Why we should all be reading, no matter how busy we are (and why our children should too)

(Notes from an Associated Christian Schools conversation with Cherie Harder, President of The Trinity Forum Washington DC, and long term professional acquaintance of Mr Kuss)

Reading was once assumed, but no more.  So why should we be readers?

    • Reading shapes us differently than other forms of media
    • How we read matters
    • Reading stories teaches us to live wisely and well, morally challenging and forming us in ways that argument doesn’t; reading helps us develop courage and empathy.

According to a study by the (US) National Education Association, we are reading less, comprehending what we read less, reading for pleasure less, and reading stories less.

Reading scores have fallen significantly in the last 30 years, with shaper declines for lower level readers and boys.  Reading literature in particular is in decline, with some saying “we don’t have time for make-believe”.

Reading is being crowded out by the electronic.  Whereas teens and young adults spend several hours a day on electronic entertainment, they spend less than 9 minutes per day reading.  So, why read? Stories engage the whole person – they encourage left and right sides of the brain by cultivating the imagination, as well as reason.  Noted Christian author CS Lewis was highly concerned with the importance of reading – and we have him to thank for the Chronicles of Narnia as a result.

Stories teach us by example e.g. how to be brave; stories embolden, strengthen and establish how we can become our very best.  What great stories have in common is a journey whose conclusion appears uncertain.   They are full of hope, they are about courage, the tragic ones are about someone who did not have the courage to do something they had to do, or who took the coward’s way out.  Storytelling becomes central to conquering fear.  Stories create new ways of seeing, which lead to new ways of feeling and thinking.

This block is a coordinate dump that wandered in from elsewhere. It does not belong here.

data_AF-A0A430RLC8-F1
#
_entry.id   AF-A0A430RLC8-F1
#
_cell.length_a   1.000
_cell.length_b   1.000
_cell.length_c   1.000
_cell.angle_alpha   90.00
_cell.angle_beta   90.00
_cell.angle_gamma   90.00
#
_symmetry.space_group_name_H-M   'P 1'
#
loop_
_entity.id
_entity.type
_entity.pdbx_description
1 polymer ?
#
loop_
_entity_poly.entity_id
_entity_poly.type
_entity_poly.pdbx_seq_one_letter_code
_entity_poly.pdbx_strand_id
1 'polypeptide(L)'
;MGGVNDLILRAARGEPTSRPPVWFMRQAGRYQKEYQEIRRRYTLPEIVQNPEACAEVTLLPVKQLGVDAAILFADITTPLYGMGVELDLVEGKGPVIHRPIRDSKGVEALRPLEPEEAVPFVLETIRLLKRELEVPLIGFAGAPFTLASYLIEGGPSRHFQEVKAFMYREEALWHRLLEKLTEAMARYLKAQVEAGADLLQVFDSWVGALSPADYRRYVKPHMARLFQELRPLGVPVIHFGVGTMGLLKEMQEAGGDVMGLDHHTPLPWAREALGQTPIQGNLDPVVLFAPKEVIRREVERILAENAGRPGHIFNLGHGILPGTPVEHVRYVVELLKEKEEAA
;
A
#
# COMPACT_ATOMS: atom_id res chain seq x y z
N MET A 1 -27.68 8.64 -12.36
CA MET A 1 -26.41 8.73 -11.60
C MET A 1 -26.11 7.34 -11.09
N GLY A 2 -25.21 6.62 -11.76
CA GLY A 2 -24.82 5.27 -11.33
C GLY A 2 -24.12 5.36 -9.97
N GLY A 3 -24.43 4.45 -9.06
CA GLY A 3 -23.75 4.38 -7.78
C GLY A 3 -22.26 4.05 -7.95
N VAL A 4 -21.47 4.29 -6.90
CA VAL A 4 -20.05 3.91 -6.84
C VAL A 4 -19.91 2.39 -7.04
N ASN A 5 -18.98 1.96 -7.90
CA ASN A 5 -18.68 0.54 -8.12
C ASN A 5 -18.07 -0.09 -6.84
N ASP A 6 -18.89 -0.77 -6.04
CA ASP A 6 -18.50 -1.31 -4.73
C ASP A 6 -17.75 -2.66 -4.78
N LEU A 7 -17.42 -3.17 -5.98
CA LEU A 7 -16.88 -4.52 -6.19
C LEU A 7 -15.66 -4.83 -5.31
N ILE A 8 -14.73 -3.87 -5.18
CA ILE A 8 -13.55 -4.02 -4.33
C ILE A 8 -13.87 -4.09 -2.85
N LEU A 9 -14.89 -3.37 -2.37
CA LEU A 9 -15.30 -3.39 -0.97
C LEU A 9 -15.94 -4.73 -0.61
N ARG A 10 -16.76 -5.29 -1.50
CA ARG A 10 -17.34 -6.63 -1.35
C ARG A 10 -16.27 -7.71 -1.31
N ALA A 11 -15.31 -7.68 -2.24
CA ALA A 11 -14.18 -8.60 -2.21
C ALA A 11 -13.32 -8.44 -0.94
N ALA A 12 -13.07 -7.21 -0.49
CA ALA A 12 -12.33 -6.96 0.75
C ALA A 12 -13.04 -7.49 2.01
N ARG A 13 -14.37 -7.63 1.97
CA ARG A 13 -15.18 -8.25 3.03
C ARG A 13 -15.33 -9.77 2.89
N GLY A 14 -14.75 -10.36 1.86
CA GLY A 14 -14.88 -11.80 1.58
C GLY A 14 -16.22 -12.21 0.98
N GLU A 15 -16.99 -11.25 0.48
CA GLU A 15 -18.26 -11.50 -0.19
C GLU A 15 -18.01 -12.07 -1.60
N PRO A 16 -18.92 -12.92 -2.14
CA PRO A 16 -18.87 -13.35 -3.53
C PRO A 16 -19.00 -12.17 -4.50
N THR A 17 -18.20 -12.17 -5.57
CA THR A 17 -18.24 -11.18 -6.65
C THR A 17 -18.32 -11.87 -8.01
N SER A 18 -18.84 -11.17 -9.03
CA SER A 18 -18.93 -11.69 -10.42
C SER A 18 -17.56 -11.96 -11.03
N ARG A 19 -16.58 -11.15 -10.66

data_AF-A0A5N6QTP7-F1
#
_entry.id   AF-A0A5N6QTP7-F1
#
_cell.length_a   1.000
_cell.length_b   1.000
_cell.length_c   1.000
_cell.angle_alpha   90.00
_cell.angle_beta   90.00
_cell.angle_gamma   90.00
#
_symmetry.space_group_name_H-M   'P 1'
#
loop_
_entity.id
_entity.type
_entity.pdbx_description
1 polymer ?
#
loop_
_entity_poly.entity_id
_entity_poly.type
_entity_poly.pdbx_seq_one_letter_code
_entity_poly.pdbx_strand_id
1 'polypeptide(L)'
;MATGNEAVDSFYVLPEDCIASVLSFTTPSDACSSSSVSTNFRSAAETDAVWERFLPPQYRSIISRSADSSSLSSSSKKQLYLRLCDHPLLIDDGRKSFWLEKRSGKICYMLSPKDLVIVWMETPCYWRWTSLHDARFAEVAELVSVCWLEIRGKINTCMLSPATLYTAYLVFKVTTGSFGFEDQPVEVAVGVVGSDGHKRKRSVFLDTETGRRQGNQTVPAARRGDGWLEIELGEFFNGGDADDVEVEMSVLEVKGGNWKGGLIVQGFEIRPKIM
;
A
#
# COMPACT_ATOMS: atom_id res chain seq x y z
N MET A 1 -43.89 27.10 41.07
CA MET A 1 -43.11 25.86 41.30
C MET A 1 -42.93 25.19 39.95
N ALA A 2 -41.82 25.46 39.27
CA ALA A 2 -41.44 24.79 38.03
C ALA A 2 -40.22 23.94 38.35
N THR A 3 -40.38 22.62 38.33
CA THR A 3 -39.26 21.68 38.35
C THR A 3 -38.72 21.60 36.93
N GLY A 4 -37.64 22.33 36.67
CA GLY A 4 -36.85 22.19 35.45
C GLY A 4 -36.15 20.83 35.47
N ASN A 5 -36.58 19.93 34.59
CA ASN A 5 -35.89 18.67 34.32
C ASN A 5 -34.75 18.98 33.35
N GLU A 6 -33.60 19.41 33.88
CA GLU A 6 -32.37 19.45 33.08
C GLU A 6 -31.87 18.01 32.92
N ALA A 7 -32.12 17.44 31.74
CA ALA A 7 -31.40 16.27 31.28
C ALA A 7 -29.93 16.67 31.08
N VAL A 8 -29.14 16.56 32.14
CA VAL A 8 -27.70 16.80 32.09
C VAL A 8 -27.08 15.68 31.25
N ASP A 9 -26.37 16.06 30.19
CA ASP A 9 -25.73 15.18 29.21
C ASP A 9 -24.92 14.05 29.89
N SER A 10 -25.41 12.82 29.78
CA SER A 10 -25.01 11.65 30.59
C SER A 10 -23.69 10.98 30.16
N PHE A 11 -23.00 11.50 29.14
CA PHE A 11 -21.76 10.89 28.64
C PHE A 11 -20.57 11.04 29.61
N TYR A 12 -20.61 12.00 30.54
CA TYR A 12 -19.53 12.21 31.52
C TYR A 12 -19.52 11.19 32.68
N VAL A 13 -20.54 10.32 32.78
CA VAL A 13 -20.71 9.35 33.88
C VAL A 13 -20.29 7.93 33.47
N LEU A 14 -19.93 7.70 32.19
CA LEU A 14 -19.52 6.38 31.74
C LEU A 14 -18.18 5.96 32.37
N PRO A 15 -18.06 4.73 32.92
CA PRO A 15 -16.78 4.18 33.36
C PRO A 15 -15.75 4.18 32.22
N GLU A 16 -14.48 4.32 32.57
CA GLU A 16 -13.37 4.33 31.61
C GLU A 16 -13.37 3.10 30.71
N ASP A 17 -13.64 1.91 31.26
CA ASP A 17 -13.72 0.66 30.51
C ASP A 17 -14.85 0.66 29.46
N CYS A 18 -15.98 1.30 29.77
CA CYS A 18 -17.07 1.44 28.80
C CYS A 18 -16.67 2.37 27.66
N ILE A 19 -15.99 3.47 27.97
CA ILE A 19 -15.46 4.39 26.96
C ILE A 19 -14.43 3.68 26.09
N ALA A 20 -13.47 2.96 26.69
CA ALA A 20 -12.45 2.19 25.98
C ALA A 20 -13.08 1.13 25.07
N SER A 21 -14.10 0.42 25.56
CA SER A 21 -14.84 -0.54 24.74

Great books expand our vision.  A great reason for reading biographies is they tell the stories of the lives of fascinating people – and expand the imagination’s scope for what is possible.  You learn how others grappled with similar problems.  Fiction helps us to better understand and empathise with others.  Story reading may even help us to better recognise injustice.

So what can we do? Read.  Mortimer Adler famously said, in the case of good books, the point is not to see how many of them you can get through, but rather how many can get through to you.

Read well.  Slow reading is very different from how we read and extract meaning from scanning texts or email.

Re-read.  CS Lewis famously said, ‘no book is worth reading at the age of ten which is not equally – and often far more – worth reading at the age of 50 or beyond’.

Write.  Writing helps us be productive and also to appreciate reading.